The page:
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What’s Ahead For Mortgage Rates This Week – July 12, 2021

What's Ahead For Mortgage Rates This Week - July 12, 2021Last week’s scheduled economic reporting included readings from the Fed’s Federal Open Market Committee, news on changing FHA home loan requirements for borrowers with student loans, and reporting on job openings. Weekly reports on mortgage rates and jobless claims were also released.

FOMC Minutes Show Fed’s Reluctance to Raise Target Rate

The Federal Open Market Committee of the Federal Reserve released minutes of its meeting held via teleconferencing on June 15 and 16. The Committee resumed its consideration of creating “domestic and foreign repurchase agencies that would have a backdrop role in fostering implementation and support of monetary policy and smooth functioning of markets,” but no decisions were made.

 FOMC members did not change the current federal funds rate range of  0.00 to 0.25 percent and did not anticipate changing the Fed’s key interest rate range until the end of 2023. Lower jobs growth and higher inflation than expected in the near term influenced the current decision to hold on raising the Fed’s key rate, but the Committee predicted that near-term inflation will subside in the medium term.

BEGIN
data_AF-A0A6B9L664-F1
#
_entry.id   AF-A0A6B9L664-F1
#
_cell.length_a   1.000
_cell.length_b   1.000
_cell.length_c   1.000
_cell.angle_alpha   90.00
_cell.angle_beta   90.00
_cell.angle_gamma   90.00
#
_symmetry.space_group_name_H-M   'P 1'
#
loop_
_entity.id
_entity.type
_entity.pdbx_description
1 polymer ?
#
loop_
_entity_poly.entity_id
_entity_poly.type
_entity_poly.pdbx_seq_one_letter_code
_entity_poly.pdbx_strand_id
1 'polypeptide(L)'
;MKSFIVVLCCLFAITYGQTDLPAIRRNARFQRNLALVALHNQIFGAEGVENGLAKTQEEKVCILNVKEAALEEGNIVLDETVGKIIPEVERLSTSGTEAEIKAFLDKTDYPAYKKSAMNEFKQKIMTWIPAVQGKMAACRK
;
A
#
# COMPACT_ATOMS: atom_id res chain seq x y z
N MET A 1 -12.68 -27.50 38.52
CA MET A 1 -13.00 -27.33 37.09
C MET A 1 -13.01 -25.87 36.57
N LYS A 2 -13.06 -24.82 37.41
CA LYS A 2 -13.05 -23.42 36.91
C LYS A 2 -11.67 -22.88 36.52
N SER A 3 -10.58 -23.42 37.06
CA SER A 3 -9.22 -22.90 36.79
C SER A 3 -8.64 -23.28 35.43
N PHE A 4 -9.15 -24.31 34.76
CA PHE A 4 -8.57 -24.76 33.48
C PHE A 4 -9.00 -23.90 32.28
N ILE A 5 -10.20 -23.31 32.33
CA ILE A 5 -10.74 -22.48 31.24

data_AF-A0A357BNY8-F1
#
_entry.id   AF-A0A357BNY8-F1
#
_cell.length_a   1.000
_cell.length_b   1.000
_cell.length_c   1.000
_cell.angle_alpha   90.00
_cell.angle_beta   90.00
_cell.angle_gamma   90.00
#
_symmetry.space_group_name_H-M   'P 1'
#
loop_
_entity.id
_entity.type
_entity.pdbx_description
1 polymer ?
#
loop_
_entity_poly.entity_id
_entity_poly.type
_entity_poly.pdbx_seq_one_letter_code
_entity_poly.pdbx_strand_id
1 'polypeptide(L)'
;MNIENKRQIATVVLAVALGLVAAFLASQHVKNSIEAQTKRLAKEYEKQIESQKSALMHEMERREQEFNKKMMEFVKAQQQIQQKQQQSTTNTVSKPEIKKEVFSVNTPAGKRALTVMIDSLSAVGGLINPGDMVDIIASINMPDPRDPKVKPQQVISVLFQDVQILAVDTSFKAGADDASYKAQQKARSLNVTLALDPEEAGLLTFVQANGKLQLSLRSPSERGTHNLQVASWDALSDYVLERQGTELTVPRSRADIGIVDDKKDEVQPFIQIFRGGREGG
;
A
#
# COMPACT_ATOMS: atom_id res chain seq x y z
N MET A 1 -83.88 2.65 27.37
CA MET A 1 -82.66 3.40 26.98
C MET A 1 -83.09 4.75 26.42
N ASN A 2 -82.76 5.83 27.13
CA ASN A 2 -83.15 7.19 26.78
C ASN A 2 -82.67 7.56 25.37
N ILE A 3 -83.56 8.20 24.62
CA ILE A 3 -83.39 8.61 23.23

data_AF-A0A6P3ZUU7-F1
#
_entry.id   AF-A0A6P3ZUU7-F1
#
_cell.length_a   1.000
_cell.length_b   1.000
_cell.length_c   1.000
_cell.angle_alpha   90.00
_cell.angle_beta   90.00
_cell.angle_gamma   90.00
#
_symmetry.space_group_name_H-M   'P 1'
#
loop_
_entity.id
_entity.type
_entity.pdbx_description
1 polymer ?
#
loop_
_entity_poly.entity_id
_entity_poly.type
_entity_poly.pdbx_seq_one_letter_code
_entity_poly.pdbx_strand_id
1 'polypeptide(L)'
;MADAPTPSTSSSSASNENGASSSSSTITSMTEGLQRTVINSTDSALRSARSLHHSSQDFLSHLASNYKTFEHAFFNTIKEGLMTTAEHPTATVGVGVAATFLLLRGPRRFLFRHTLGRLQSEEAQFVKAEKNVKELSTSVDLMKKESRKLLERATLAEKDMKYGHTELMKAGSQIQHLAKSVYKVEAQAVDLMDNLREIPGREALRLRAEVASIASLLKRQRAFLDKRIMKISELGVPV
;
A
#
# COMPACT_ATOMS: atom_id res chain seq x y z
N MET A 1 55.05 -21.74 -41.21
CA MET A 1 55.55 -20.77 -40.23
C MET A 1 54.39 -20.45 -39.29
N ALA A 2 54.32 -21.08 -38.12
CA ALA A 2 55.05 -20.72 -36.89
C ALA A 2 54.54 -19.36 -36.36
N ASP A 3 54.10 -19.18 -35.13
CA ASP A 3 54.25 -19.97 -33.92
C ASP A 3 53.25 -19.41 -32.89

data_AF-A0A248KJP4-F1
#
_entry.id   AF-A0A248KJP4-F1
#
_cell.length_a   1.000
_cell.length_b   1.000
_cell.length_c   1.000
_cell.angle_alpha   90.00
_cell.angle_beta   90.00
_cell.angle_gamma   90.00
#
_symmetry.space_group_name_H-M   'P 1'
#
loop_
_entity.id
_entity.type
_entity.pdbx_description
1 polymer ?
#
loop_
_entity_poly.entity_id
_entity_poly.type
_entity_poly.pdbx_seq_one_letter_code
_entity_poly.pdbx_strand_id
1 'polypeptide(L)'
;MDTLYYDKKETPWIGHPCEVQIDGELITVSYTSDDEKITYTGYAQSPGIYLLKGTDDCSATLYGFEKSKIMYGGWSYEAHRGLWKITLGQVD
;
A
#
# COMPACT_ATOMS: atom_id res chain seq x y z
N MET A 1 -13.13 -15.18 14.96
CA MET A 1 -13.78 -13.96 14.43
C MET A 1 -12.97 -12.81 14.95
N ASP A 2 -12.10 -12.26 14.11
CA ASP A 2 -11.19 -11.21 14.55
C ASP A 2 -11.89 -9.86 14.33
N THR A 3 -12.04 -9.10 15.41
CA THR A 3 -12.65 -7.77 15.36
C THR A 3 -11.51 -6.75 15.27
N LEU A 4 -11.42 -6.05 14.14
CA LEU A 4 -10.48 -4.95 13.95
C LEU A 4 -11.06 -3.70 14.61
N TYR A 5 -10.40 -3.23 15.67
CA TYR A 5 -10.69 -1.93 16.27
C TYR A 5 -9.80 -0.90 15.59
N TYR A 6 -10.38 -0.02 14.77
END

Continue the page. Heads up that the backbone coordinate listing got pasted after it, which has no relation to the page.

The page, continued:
FHA Changes Home Loan Policy on Borrowers with Student Loans

The Federal Housing Administration (FHA) announced changes to its home loan lending requirements for borrowers with student loans; the changes become effective by August 16 or sooner if lenders prefer. The changes in calculations used for determining debt-to-income ratios for borrowers with student loans will help more borrowers fall within the maximum debt-to-income ratio of 43 percent currently permitted by FHA regulations.

Mortgage Rates Fall; Jobless Claims Mixed

Freddie Mac reported record low mortgage rates last week as demand for homes continued to outstrip supplies of available homes. Steep increases in home prices continued to create affordability issues for first-time and moderate-income homebuyers.

The average rate for 30-year fixed-rate mortgages fell by eight basis points to 2.90 percent; rates for 15-year fixed-rate mortgages averaged 2.20 percent and were six basis points lower. Rates for 5/1 adjustable rate mortgages averaged 2.52 percent and were two basis points lower. Discount points averaged 0.60 percent for 30-year fixed-rate loans and 0.70 percent for 15-year fixed-rate loans. Discount points for 5/1 adjustable rate mortgages averaged 0.20 percent.

Initial jobless claims rose to 373,000 first-time claims filed as compared to 371,000 initial claims filed in the previous week. Continuing jobless claims fell to 3.34 million ongoing claims filed from the previous week’s reading of 3.48 million ongoing jobless claims filed.

Job openings held steady at 9.20 million job openings; employers continued searching for workers for open positions.

What’s Ahead

This week’s scheduled economic reporting includes readings on inflation, retail sales, and consumer sentiment.  Weekly readings on mortgage rates and jobless claims will also be released.


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